SOMERVILLE – Senator Cory Booker came within just 765 votes of winning this Republican-run county where Barack Obama won back-to-back elections (2008 and 2012).
“He loves Somerset County,” said the vice chair of the party, Zenon Christodoulou, as the new U.S. Senator waded into a roomful of hugs and hand clutches.
The fact that Booker almost won but didn’t motivates him now to turn the county blue next year when he runs for a full six-year term.
But there’s first an election on Tuesday night and local party members determined to make a statement.
Many of them believe they can win.
Chairman Peg Schaffer outfitted Booker with a table and chair – right next to LD 16 Assembly candidate Marie Corfield – and promptly put him to work in a crowd of party rank and filers who have long been gnawed at by the knives of fate.
They sense a champion in Booker.
And they see a champion in Corfield.
The senator tried his hand at three calls to party regulars on the other end of those phone lines and went to voice mail three times and told whoever it was he called in the most generic terms to vote for “Democrats.”
The Democratic State Committee and the state New Jersey Education Association (NJEA) are committed to Corfield’s candidacy, and have pumped thousands of dollars into the 16th to propel her to victory in her challenge of Assemblywoman Donna Simon (R-16).
Corfield had a network TV ad up last night prior to Saturday Night Live on NBC.
But her feisty brand of pro teachers’ union politics, which once put her face-to-face with Republican Gov. Chris Christie – had Booker in broad brush mode tonight.
“Marie is unbelievable,” Booker declared at one point.
The fact is Booker, a proponent of vouchers backed by Educational Excellence for Everyone and a fierce bipartisan ramrodder – with Christie – of merit pay for teachers in Newark – has arguably less in common with Corfield on her signature issue than the senator shares with his cross the aisle ally Christie.
But tonight was about personality, an ebullient one in the case of Booker, charging electrically into the small room, while simultaneously brick and mortaring goodwill to turn his own striking distance performance this year into blue 2014 solidification.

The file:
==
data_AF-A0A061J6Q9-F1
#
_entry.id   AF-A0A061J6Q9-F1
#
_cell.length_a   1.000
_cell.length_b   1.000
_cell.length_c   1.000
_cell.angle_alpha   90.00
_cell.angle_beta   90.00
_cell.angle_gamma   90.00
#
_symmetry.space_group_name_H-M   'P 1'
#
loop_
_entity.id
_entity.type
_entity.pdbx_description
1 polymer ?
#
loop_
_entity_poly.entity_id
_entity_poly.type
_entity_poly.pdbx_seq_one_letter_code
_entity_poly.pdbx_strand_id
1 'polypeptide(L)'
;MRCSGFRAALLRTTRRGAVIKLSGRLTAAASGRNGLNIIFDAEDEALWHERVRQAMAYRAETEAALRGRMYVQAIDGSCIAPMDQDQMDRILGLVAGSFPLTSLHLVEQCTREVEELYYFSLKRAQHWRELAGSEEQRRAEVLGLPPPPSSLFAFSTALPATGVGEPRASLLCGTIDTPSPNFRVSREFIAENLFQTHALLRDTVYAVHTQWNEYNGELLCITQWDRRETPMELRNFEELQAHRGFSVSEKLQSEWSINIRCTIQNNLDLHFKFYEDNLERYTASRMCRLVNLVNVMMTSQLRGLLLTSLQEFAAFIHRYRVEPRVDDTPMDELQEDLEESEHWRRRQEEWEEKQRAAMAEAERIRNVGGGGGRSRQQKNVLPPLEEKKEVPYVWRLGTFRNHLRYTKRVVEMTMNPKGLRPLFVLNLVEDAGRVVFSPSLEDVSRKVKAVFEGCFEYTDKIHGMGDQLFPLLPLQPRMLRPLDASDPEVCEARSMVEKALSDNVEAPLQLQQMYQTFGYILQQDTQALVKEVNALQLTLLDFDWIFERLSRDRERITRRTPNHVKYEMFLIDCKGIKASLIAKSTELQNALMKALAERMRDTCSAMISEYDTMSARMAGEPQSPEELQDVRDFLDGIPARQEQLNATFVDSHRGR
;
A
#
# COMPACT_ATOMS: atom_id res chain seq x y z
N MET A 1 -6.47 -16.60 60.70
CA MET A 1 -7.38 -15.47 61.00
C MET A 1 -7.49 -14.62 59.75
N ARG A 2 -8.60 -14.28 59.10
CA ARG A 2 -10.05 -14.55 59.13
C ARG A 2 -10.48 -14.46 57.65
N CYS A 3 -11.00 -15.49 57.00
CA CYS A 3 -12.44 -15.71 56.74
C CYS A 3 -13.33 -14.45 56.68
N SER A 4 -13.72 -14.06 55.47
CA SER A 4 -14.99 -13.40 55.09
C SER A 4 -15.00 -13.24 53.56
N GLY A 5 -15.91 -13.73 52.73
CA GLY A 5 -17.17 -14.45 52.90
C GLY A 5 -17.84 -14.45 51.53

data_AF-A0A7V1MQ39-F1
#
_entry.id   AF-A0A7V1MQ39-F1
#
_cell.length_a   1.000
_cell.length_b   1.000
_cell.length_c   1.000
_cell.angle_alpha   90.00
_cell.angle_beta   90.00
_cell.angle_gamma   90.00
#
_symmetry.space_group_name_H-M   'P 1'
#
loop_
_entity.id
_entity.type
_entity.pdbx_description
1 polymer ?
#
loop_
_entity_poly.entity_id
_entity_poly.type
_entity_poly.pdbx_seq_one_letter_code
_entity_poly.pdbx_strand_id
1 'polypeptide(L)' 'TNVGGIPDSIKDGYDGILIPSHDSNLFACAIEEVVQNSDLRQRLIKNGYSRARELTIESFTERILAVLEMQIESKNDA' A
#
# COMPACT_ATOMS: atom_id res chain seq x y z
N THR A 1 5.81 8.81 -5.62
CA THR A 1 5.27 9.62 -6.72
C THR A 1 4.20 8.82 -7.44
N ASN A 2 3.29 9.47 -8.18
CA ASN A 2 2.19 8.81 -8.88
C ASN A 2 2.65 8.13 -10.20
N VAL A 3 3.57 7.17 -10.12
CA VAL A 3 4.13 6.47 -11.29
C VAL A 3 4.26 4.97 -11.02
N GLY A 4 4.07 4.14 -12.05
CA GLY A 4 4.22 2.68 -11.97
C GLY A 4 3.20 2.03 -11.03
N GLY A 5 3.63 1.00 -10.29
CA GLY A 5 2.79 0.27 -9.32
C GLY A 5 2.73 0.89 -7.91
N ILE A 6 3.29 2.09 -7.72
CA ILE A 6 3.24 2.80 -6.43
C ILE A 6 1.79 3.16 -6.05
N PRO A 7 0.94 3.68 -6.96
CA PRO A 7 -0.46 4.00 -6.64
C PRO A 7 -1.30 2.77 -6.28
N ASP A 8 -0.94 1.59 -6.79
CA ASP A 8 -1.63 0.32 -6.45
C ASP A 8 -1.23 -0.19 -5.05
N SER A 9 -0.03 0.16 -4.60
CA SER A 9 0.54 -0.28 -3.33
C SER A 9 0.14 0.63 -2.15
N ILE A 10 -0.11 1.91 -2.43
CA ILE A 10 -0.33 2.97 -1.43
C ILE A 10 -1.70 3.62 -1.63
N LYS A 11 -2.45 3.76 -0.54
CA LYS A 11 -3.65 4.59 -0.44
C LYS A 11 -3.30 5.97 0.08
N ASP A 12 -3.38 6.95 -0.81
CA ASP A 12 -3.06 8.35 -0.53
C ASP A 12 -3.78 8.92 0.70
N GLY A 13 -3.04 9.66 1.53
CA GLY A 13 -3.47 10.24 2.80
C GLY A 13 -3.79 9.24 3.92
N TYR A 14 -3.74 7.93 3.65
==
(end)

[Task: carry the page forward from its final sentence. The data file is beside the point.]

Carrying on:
“We are building in this county – every election,” said Booker, standing in a tableaux of Democratic candidates that included Keiona Miller, a North Plainfield councilwoman running for Somerset County freeholder.
People in this room tonight believe Corfield will kayo Simon.
But a Democratic Party source told PolitickerNJ.com that Christie on his last weekend before Election Day has masterfully unified his party to put it in the best possible position to break through the stranglehold of the legislative map and gut some GOP wins.
Democrats, on the other hand, are hardly united, with a gubernatorial candidate in Barbara Buono who creates rapidly striding steps in the opposite direction among battleground combatants, and incumbents shrinking into their own foxholes amid a muddle of mixed messages and trust in district-wide branding.
“It’s unity for the GOP versus individuality for the Democrats,” the source groaned.
Glowing with the same bipartisan fervor that has characterized the campaign work of Democrats hoping to avoid a sudden Christie bulls-eye on their backs, Booker in this roomful of long-suffering party members said, “If I needed a party I’d have people over,” adding that what New Jerseyans need is for people to unite around ideas.
In the next breath, he eulogized the late Essex County Democratic Chairman Phil Thigpen, who was buried yesterday, the consummate party organization man.
For her part, Miller the young comer in a bad year for Democrats with Christie running atop the ticket in a county where last time he savaged Jon Corzine 56-34%, tried to muster a game face heading toward Tuesday.
She’s an old track star.
She specialized in the 400, a race that combines speed and stamina.
“There are more registered Democrats than Republicans in Somerset County,” she said amid the hoopla around Booker. “I’m dedicating myself 100% to this campaign.”